Name: eileen a otoole
Lemon electrolyte experiment - how does this light a
Thanks to Ron Winther's offline email to me, I think I might
be able to answer this now....here's an excerpt from Ron's note.
"I have a guess about what the "lemon electrolytes" question #571 is
about. I believe it is the same topic as that asked about in #585.
You can make a "lemon battery" with a lemon and electrodes of, e.g.,
copper and zinc. Someone asked about this some time ago; I found a
couple of articles about it in the Journal of Chemical Education.
One said you can get about 1 volt; the other said 0.6 - 0.7V .
The precise value wasn't critical for the experiment of the first
article, but was for the second.This latter article, found in the Feb
92 issue (p. 157-8) offers this explanation for the reaction:
cathode: Zn --> Zn + 2e
anode: 2H + 2e --> H
They claim the copper electrode is only involved in collecting electrons;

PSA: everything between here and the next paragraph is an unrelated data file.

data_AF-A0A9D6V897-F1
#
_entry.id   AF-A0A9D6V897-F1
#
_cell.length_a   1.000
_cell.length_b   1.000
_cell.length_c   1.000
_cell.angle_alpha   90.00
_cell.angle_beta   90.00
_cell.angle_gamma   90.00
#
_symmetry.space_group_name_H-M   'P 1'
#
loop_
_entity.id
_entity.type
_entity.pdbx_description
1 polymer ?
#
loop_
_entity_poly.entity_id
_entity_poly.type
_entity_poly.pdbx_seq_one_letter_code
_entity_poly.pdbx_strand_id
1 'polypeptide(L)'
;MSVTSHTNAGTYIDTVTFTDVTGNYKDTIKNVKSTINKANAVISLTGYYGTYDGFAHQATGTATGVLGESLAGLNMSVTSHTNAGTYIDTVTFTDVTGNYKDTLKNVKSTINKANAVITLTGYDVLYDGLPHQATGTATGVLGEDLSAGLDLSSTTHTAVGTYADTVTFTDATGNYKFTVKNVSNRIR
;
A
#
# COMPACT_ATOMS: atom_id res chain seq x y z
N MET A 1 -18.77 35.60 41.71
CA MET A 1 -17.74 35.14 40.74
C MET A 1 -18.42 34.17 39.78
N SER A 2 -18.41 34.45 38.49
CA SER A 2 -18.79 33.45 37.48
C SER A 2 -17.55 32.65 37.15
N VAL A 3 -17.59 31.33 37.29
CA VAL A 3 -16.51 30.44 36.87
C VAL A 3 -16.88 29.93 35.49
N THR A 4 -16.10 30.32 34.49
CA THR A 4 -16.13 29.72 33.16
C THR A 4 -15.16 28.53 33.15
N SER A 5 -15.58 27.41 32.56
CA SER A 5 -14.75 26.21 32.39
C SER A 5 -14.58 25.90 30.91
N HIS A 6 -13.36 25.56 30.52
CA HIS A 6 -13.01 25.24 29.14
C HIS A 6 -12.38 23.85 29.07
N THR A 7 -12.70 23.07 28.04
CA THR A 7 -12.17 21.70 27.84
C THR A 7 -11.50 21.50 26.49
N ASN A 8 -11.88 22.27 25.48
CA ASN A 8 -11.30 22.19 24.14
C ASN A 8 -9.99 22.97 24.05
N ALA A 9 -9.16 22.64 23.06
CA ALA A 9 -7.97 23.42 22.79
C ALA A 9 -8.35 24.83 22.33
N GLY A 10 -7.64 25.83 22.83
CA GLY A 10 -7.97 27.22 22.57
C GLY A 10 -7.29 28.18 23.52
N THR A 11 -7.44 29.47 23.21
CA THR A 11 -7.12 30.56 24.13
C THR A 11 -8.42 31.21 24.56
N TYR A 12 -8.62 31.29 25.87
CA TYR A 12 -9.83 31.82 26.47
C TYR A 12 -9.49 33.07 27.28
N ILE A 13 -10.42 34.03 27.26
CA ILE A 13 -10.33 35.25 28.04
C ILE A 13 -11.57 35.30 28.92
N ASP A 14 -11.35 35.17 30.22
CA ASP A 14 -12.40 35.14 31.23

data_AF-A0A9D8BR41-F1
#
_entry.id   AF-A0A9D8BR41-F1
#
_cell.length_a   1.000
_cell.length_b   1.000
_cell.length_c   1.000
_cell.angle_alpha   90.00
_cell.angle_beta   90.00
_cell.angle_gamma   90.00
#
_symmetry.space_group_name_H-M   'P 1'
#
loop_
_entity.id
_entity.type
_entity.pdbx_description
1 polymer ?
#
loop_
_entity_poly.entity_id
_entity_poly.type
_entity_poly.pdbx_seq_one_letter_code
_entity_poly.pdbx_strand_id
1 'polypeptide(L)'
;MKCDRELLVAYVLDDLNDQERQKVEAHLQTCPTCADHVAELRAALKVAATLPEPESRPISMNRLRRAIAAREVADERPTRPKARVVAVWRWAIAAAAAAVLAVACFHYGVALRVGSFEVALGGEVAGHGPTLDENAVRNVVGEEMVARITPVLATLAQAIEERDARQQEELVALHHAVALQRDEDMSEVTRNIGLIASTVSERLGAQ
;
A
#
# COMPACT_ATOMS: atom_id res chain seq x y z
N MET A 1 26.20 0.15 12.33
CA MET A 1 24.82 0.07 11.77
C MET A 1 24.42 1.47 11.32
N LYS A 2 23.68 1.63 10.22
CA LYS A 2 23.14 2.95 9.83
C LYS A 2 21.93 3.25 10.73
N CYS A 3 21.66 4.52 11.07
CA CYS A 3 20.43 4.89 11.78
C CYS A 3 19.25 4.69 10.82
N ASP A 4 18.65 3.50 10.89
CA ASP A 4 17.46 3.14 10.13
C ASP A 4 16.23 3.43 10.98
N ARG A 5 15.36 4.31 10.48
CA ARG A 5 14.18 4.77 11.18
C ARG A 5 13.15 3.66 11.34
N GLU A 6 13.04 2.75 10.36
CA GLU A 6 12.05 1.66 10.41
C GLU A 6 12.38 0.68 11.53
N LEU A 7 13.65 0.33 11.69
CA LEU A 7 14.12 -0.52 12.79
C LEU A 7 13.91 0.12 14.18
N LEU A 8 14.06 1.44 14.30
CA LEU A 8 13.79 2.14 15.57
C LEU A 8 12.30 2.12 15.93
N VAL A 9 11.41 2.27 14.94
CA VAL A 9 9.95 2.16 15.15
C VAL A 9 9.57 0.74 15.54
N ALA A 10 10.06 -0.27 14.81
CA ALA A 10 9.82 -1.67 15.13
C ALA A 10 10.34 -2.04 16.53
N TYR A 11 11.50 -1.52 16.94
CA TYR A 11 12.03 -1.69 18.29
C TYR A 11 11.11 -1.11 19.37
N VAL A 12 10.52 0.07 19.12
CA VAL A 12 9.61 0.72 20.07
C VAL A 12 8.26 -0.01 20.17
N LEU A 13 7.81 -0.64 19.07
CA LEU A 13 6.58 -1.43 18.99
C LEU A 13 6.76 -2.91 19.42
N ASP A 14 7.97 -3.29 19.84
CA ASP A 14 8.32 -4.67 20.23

it could be replaced with platinum or another inert metal."
I suspect that this is right. So actually, it is the reaction of the
zinc electrode with the acid within the lemon which gives rise to
a voltage. Zinc will reduce H+ to H2, but it won't oxidize copper to Cu+...
zinc is a strong reducing agent. In fact, you could use any metal which has
a large positive reduction potential, including platinum.
I just did a little more reading on this one. In
Ebbing's text, General Chemistry (4th ed.), it is
claimed that when you stick a zinc electrode
and a copper electrode into a lemon and hook the two
electrodes up to a voltmeter, you are actually making
the same kind of battery constructed in 1836 by
John Daniell. The electricity-generating reaction would then be
Zn(s) + Cu2+ (aq) -> Zn2+ (aq) + Cu(s)
perhaps generating some H2(g) from the acid in the lemon
as a side-reaction. T
The main point, either way, is that the electrodes are
actually "generating" the electricity, and the lemons
(whoops, maked that "lemon") is just playing the role
of a semi-conducting medium so that you can have a complete
circuit and measure a voltage. In a Daniell cell, you connectr
two half-cells by a salt bridge...here the lemon plays the
role of the salt bridge.
I realize that these two explanations are NOT the same....
personally, I'd like to do the experiment myself,
substituting Pt wire for the electrodes, and see if you
still get a voltage out, which would settle the issue.
- prof topper
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Update: June 2012